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Women territorial leaders from Mesoamerica advocate for the benefit of their communities

Between November 20th and 23rd, 2018, indigenous leaders from Mesoamerica gathered in Panama to advance on their agenda to consolidate territorial rights. Our partner organization, the Mesoamerican Alliance of People and Forests (AMPB for its acronym in Spanish) organized the VII Mesoamerican Territorial Congress, which included a Women Leaders event, a forum on sustainable development for Indigenous Peoples, indigenous and community economy, among others.

Women territorial leaders from Mesoamerica advocate for the benefit of their communities

Blog by Danilo Gonzalez, ICCO’s Program Officer in Central America.

Women territorial leaders from Mexico, Guatemala, Honduras, Nicaragua, Costa Rica, and Panama were invited to discuss priorities to achieve territorial rights with a gender perspective and to make visible the advancements and challenges related to public policies that affect their communities and households. Furthermore they defined mechanisms to upscale female voices in advocacy efforts and in politics with diverse stakeholders from governments and international organizations.  

ICCO Cooperation and the Civic Engagement Alliance contributed to organize the Women Leaders Event hand in hand with AMPB, involving empowered women. These women defined the main topics for the event: gender perspective; social-political-economic empowerment and inclusion; identities, language and culture; and funding to preserve ancestral knowledge.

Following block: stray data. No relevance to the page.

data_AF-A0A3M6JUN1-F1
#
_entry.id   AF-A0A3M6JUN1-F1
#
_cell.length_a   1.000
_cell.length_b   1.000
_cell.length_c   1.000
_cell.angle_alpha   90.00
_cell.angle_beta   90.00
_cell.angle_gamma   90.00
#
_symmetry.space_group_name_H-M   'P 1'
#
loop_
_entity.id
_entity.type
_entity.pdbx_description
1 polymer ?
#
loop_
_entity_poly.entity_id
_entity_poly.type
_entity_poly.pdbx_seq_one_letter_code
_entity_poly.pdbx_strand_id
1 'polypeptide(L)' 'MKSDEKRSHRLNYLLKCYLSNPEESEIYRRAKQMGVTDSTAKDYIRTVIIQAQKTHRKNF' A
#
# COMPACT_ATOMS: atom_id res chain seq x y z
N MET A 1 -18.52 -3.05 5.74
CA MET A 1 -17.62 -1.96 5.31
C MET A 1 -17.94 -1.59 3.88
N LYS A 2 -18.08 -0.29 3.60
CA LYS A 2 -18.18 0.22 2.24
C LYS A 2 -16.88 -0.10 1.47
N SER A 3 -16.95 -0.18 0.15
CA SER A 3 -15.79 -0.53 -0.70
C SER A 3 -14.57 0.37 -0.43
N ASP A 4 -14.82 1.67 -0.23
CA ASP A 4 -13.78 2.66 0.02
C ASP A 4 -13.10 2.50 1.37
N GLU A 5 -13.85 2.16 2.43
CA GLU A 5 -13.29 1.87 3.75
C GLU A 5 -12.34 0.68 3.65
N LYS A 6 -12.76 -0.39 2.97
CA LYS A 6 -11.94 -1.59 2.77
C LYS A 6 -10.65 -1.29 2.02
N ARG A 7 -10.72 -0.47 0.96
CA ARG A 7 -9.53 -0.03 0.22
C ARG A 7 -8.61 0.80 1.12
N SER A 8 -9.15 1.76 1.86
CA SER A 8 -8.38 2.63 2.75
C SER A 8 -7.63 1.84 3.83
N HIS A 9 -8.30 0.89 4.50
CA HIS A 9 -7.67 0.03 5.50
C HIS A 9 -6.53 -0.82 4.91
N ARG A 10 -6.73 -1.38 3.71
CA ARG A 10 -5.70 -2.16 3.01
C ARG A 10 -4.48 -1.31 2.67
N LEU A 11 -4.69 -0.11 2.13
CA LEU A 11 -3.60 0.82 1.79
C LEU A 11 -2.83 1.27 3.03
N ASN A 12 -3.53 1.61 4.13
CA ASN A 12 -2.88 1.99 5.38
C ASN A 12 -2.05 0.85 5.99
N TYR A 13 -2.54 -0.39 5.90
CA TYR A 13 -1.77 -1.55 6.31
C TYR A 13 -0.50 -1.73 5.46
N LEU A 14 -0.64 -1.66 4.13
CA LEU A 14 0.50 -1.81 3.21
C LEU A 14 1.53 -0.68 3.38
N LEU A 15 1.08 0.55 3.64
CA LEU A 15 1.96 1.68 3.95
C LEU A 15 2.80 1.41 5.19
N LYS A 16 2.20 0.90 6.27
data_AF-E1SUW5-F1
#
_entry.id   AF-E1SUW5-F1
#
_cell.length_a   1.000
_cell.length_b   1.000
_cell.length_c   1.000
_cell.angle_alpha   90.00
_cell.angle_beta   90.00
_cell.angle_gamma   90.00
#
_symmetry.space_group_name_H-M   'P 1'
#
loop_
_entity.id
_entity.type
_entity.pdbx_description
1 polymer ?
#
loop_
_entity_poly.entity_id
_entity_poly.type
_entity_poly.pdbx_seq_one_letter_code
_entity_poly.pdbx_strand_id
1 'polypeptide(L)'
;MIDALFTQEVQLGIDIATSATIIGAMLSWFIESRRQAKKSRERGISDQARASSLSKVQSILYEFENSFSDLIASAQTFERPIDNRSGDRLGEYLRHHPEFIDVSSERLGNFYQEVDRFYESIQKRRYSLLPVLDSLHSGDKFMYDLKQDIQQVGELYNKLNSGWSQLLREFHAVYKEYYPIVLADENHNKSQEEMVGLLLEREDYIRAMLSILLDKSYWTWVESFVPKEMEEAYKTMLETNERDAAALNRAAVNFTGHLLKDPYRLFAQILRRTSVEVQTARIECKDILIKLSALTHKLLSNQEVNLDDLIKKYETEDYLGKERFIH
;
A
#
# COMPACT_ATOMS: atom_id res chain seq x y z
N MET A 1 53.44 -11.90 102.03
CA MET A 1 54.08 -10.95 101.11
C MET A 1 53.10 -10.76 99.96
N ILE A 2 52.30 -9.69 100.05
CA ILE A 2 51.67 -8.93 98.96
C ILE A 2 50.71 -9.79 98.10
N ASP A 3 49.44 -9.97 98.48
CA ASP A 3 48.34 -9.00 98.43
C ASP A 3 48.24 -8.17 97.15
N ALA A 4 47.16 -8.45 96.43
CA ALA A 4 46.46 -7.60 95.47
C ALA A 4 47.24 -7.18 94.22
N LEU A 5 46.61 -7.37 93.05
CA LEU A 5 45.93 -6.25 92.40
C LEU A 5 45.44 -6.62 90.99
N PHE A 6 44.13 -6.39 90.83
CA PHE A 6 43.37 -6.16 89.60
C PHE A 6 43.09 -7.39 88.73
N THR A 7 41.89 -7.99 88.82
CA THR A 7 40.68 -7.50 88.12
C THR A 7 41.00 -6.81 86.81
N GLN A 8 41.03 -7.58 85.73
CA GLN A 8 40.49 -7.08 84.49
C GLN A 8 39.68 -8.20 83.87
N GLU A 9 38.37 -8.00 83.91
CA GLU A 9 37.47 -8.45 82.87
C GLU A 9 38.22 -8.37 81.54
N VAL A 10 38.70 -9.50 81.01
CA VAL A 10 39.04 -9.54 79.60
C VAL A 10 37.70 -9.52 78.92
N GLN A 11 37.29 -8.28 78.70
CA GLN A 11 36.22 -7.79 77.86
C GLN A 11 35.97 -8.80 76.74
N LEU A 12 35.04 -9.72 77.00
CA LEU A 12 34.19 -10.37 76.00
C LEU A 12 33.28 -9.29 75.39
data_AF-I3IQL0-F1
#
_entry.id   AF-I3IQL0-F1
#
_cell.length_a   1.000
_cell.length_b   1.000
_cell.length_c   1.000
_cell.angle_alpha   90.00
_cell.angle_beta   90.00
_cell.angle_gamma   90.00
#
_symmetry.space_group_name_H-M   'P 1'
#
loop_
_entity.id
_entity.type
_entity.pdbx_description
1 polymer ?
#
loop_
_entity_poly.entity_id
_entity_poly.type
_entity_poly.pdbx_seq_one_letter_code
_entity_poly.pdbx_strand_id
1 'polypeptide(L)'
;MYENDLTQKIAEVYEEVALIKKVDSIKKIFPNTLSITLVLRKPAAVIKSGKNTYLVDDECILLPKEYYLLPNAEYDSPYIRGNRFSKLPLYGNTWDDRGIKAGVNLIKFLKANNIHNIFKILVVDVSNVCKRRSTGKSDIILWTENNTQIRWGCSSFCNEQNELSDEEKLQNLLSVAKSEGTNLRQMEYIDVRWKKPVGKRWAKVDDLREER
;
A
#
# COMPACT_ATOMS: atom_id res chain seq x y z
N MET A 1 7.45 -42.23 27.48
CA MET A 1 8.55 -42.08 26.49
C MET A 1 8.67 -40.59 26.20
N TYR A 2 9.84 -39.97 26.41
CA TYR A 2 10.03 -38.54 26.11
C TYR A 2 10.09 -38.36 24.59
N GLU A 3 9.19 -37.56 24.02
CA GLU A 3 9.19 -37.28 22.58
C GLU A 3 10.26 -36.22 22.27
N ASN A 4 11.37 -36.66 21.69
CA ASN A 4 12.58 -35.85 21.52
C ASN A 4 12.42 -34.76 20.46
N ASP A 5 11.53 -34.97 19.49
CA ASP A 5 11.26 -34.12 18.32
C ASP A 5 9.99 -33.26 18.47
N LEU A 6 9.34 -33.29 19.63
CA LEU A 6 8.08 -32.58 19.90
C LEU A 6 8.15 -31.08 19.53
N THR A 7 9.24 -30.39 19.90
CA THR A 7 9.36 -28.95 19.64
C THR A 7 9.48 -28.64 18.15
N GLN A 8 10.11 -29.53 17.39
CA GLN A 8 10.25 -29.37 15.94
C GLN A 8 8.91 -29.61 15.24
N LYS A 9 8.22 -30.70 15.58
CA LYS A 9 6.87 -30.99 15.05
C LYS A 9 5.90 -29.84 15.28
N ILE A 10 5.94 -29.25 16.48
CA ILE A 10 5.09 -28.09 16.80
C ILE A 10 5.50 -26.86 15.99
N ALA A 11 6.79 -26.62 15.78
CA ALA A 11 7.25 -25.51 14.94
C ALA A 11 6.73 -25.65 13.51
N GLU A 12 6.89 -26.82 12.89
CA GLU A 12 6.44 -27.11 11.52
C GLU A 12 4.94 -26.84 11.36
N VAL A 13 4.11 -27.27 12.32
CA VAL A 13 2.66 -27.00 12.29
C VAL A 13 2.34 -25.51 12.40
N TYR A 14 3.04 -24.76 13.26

Creation of a Gender Commission

The most important result of the event was the creation of a Gender Commission that will integrate the AMPB; the declaration in Spanish may be accessible through this link.

In this declaration, the women leaders ask their communities and regional political spaces to “recognize and value the important efforts and contributions made by women in the protection and sustainable management of natural resources such as water and forests in the territories”.

They also call on women to gain more access to political spaces: “Although the laws of the countries require the participation of women in decision-making spaces, this is still not fulfilled in practice…. women are no longer waiting for men to call us, we are willing and able to conquer those spaces, because what the laws and statutes say is not enough”.

South-South Collaboration

dditionally, during the day there was presence and support from women territorial leaders from Colombia and Brazil. Herewith South-South collaboration was advanced with political platforms that represent indigenous peoples from South America, including OPIAC, Indigenous Peoples National Organization from the Colombian Amazonia, and COICA, Coordinator of the Indigenous Organizations of the Amazon Basin.  

During the event, there was also participation from the local government of Panama City, the Vice-Major Raisa Banfield, the Panamenian National Women’s Institute director Liriola Leoteau, and representatives from multi-lateral and international organizations, such as Inter-American Development Bank, Weaving Ties, etc.

Include women and youth in advocacy

As ICCO and the Civic Engagement Alliance, we expect to continue contributing for women and youth to be included in advocacy efforts to benefit their communities, so that there’s a favorable environment and enough political space for the inclusion of indigenous peoples and to consolidate their territorial rights.

 

 

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